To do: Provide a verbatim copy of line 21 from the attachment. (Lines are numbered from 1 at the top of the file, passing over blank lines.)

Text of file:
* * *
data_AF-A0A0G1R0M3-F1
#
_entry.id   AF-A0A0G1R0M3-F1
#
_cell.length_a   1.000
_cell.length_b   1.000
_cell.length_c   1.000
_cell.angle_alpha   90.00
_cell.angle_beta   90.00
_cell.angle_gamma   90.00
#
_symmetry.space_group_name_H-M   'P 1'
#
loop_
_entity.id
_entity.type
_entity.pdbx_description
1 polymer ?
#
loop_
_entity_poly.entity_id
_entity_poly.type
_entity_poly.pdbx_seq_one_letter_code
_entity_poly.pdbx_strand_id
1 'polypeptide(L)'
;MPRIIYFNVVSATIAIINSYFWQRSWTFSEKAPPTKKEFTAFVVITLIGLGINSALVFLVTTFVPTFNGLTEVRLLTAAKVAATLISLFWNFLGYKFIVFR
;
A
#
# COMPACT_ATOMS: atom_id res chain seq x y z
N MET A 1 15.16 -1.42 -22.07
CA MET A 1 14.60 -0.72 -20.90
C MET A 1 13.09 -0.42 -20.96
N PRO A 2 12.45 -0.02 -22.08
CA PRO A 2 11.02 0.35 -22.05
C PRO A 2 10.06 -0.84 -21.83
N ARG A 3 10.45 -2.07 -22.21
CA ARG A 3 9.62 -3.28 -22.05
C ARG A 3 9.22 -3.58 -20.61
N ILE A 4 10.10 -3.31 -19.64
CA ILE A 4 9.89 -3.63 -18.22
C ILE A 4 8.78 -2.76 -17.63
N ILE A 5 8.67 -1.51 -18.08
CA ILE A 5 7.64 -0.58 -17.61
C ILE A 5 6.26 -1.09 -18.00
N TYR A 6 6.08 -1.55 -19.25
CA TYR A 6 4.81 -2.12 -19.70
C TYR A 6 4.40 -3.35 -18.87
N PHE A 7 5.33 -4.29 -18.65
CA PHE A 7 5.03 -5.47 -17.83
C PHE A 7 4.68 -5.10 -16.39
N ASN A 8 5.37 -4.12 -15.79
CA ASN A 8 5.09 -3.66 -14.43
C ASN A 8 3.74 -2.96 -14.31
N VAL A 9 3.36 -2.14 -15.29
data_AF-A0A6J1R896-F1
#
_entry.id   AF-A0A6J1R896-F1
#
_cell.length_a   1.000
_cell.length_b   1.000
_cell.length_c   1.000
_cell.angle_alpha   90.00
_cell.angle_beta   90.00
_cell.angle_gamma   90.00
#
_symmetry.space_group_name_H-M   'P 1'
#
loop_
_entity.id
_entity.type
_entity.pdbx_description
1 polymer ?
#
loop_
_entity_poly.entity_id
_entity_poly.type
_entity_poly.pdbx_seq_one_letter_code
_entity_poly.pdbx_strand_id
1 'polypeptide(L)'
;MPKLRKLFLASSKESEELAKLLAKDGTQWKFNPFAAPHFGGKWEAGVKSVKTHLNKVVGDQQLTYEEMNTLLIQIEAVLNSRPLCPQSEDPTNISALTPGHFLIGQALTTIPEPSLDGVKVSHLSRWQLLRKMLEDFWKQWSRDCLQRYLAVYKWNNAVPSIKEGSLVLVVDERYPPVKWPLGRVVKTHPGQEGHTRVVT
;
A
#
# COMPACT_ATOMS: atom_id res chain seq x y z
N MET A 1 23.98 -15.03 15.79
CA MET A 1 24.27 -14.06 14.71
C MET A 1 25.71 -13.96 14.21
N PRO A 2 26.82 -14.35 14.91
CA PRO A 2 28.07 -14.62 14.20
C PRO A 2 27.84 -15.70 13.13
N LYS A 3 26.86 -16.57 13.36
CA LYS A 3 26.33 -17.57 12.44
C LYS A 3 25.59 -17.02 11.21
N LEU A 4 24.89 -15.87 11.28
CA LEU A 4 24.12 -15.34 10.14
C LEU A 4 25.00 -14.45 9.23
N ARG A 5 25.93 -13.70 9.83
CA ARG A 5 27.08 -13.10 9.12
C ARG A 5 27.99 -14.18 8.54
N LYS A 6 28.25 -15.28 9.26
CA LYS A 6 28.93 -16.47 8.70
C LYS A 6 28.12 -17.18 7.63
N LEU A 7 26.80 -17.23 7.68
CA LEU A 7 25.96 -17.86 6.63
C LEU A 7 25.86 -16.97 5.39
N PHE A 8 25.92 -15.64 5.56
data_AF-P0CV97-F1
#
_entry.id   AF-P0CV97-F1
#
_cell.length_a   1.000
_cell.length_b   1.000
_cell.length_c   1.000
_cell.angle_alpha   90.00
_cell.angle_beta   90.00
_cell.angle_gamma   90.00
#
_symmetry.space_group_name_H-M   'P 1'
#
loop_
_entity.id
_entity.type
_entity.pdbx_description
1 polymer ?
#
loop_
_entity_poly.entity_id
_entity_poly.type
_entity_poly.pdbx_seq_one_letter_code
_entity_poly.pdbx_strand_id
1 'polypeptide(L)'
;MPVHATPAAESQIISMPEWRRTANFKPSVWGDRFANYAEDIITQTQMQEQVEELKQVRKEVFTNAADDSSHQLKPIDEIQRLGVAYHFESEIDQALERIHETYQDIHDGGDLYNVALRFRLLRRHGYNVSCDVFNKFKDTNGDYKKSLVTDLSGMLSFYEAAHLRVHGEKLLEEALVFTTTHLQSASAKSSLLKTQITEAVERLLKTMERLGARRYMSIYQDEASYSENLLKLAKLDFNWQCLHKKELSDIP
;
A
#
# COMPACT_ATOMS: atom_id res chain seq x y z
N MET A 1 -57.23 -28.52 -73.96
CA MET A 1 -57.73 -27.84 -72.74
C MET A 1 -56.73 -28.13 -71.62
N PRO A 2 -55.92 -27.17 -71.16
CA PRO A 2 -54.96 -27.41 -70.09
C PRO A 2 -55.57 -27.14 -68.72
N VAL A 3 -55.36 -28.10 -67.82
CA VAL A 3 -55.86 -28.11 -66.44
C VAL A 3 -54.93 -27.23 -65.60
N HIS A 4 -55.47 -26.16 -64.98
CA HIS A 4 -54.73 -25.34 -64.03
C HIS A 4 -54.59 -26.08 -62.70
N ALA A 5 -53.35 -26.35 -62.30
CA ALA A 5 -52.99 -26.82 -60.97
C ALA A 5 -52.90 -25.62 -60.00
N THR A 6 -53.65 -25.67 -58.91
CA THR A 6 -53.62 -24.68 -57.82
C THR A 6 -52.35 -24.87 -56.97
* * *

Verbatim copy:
_entity_poly.entity_id